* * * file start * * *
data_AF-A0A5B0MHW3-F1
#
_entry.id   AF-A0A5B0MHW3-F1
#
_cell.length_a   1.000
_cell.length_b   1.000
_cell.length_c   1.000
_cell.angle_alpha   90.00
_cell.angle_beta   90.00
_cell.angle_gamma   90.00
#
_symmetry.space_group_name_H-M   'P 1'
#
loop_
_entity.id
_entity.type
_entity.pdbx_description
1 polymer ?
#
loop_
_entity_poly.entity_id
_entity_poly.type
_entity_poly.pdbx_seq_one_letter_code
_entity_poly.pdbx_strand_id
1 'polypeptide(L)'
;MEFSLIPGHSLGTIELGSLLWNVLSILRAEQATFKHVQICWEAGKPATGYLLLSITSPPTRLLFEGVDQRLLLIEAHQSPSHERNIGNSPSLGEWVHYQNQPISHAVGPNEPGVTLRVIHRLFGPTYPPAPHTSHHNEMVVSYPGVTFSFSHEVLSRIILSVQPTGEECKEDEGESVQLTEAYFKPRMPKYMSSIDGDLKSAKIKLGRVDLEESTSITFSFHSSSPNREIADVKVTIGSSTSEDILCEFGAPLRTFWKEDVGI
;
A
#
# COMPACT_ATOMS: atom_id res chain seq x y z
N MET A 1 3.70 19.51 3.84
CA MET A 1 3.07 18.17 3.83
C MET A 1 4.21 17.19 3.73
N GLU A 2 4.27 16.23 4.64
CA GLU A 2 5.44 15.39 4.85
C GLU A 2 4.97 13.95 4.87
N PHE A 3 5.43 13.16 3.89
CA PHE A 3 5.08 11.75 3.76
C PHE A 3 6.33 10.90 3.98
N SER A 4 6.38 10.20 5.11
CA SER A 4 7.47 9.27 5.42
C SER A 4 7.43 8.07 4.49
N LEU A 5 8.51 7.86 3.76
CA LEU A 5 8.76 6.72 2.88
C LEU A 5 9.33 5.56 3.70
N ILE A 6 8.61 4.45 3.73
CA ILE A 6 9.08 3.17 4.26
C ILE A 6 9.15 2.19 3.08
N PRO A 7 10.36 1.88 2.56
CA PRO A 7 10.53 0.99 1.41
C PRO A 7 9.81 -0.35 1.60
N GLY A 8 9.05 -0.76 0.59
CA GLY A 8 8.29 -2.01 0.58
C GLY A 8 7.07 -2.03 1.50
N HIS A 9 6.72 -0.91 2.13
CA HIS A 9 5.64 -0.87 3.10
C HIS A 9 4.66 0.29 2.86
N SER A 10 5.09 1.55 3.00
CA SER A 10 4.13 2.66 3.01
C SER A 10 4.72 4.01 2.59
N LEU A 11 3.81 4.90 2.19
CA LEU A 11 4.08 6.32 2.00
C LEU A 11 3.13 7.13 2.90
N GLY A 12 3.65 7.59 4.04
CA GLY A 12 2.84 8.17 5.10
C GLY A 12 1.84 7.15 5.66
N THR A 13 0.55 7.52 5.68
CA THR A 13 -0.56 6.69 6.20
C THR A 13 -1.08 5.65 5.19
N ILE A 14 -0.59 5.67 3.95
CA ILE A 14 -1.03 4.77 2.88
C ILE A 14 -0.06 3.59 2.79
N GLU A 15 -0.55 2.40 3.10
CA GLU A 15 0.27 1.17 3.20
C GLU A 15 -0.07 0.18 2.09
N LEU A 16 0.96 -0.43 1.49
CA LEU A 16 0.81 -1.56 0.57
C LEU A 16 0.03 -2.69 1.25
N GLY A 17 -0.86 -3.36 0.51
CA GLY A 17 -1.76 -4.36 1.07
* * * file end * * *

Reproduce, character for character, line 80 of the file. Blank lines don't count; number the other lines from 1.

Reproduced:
CA GLY A 17 -1.76 -4.36 1.07